Aytoun, William Edmondstoune. Review of Aurora Leigh, by Elizabeth Barrett Browning. Detached from Blackwood’s Edinburgh Magazine, vol. 81, no. 495 (Jan. 1857). Edinburgh: William Blackwood, pp. 23-41. ABL Periodicals Rare.

Review of Craigcrook Castle, by Gerald Massey, and Aurora Leigh, by Elizabeth Barrett Browning. Detached from The Monthly Review of Literature, Science, and Art, vol. 1, no. 12 (Dec. 1856). London: John Mitchell, pp. 740-754. Periodical Articles Meynell Collection. Browning Guide # A1641.1.


1 October [sic, for September 30] 1844, EBB to Cornelius Mathews.

8 December 1856, Robert Bulwer Lytton to EBB.

These letters are contained in The Browning Letters Collection of the Armstrong Browning, Library; scanned copies can be accessed digitally through the following link:

“The full-veined, heaving, double-breasted Age”: Viewing EBB’s Poetic Aspiration in the Light of Early Reviews of Aurora Leigh and Two Letters

By Zeyi Zhang

When Tennyson was crowned the Poet Laureate in 1850, EBB was a competitive runner-up. Contemporary correspondence and reviews show that this rivalry persists throughout EBB’s poetic career as both she and her readers constantly use Tennyson as a yardstick for her poetry. This post draws attention to one passage in EBB’s epic/verse novel Aurora Leigh (1856) in which the heroine expresses her poetic aspiration to represent “this live, throbbing age” instead of pursuing a trend of medievalism that evokes such legendary heroes as Roland or King Arthur. As the author of both “Morte d’Arthur” (1842) and Idylls of the King, the Poet Laureate noted the successful delivery of this critique. On the 1889 edition of his poetry, he thus annotated “The Epic,” the narrative framework for “Morte d’Arthur” in which the speaker claims that the rest of his Arthurian epic was thrown to fire: “Mrs Browning wanted me to continue this, she has put my answer in Aurora Leigh” (qtd. in Aurora Leigh, 149, note 4).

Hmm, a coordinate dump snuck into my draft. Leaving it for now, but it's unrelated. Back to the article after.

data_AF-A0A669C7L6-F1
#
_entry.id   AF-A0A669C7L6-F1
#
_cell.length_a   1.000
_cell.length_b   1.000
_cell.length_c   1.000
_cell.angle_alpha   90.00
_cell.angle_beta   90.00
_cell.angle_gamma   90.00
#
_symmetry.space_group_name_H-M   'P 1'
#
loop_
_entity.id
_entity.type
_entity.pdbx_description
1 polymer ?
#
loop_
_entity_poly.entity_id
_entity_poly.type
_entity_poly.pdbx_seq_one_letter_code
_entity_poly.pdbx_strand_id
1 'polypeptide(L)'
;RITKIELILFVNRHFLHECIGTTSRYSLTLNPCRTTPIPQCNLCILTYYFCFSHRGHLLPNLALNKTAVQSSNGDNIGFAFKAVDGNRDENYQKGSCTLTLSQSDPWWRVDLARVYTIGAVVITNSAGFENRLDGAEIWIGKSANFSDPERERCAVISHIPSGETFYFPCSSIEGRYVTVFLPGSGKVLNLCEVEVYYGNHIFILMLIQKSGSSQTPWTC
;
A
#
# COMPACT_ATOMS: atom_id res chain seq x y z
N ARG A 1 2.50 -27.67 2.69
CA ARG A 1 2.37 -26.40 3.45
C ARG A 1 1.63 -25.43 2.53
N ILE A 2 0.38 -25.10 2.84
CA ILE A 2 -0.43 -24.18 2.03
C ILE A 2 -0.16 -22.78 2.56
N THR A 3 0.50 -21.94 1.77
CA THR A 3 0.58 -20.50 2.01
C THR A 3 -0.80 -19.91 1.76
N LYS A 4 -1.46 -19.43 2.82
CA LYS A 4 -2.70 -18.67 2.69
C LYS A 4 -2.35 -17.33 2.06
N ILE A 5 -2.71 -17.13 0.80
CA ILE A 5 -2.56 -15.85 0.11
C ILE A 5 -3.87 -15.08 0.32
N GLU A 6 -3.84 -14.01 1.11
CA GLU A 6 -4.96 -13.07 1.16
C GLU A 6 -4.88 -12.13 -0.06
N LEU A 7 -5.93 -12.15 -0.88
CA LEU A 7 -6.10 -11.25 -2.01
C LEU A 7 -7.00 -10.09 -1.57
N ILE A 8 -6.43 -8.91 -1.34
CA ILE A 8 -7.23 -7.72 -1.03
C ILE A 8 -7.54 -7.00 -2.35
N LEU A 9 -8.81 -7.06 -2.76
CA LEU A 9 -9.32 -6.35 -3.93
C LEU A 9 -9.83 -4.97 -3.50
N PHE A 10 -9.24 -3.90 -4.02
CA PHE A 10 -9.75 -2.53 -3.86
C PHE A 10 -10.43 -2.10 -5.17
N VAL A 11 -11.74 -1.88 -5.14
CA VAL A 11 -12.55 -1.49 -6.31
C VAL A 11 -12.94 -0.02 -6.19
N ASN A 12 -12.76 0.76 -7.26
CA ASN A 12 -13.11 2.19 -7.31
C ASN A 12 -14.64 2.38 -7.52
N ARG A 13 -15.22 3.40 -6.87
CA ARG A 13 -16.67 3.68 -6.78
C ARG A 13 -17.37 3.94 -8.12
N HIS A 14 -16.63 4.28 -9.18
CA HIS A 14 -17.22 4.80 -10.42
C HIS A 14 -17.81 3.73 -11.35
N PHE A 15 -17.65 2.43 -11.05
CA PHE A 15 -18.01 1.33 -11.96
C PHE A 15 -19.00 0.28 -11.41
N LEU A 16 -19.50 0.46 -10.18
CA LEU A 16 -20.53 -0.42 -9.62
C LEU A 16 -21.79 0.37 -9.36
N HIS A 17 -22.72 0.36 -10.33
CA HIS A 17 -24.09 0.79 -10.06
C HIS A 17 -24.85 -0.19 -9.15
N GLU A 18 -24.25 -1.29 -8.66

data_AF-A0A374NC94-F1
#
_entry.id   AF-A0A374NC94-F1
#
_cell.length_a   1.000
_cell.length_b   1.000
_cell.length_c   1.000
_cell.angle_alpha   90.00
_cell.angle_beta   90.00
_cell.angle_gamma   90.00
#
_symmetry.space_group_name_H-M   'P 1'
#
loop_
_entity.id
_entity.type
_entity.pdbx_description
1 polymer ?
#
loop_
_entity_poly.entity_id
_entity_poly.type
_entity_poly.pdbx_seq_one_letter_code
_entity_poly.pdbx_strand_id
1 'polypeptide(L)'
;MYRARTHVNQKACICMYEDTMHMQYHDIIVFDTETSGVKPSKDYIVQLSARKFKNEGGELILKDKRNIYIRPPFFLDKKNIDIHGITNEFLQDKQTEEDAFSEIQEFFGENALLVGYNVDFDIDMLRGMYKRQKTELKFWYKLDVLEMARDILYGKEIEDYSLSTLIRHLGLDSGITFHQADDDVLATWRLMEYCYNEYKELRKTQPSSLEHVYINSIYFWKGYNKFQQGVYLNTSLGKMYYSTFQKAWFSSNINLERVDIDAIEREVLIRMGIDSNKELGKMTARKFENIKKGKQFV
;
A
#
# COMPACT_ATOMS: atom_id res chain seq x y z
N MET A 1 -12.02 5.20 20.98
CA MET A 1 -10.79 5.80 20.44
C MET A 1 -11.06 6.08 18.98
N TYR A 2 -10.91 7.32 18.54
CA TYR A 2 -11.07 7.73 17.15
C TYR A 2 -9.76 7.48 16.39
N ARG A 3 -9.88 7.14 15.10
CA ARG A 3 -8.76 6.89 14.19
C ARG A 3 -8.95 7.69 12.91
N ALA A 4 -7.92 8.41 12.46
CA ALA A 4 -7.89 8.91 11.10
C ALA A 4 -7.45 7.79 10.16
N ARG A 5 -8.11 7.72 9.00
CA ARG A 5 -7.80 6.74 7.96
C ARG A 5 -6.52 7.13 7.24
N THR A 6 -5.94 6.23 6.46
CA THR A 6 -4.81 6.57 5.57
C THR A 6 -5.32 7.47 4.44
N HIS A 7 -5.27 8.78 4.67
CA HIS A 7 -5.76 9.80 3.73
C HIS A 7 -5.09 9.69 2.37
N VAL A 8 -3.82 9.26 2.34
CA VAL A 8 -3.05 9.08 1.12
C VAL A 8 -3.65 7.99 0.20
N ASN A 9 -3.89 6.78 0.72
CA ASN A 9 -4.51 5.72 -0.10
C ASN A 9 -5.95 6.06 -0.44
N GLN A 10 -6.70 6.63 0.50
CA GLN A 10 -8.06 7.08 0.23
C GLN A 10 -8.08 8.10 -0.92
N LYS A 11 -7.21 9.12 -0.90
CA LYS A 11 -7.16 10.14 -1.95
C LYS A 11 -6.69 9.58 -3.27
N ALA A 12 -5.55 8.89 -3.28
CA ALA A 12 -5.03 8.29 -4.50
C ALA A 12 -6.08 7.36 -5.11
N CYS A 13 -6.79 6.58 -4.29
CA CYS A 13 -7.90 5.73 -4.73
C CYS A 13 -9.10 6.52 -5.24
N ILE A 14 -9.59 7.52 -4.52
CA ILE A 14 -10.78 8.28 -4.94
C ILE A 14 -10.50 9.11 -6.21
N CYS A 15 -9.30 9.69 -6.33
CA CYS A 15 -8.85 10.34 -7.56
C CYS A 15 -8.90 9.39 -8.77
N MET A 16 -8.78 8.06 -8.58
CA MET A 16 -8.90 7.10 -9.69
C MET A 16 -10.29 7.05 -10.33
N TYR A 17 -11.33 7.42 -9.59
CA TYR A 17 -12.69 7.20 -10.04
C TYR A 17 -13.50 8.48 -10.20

Besides the Poet Laureate, contemporary readers of Aurora Leigh also noted EBB’s provocative poetic aspiration. When the poem was published in 1856, six out of the fifty-eight reviews on the first edition recorded in The Brownings’ Correspondence database commented upon Aurora’s poetic preference of the present age and contemporary materials over old ones, and the reviews were torn. This post examines the controversy among reviewers along with EBB’s correspondence, in particular one fan letter from Robert Bulwer Lytton, a devoted admirer of the Brownings whose own poems “were widely held to be too imitative of Browning” (Washbrook) and who fervently praised this poetics in the letter, and an earlier letter from EBB in which she already expressed her aspiration along a similar line. I argue that EBB aspired to the representation of the spirit of her own age throughout her career, and this aspiration constitutes a significant part in her poetic dialogue and rivalry with the Poet Laureate.

EBB situates this poetic aspiration in Book V of Aurora Leigh, the center of the nine-book poem. The following passage was often cited in full by the reviewers.

Nay, if there’s room for poets in this world
A little overgrown, (I think there is)
Their sole work is to represent the age,
Their age, not Charlemagne’s,—this live, throbbing age,
That brawls, cheats, maddens, calculates, aspires,
And spends more passion, more heroic heat,
Betwixt the mirrors of its drawing-rooms,
Than Roland with his knights, at Roncesvalles.
To flinch from modern varnish, coat or flounce,
Cry out for togas and the picturesque,
Is fatal,—foolish too. King Arthur’s self
Was commonplace to Lady Guenever;
And Camelot to minstrels seemed as flat,
As Regent Street to our poets.
Never flinch,
But still, unscrupulously epic, catch
Upon the burning lava of a song,
The full-veined, heaving, double-breasted Age:
That, when the next shall come, the men of that
May touch the impress with reverent hand, and say
‘Behold,—behold the paps we all have sucked!
This bosom seems to beat still, or at least
It sets ours beating: this is living art,
Which thus presents and thus records true life.’ (200-22)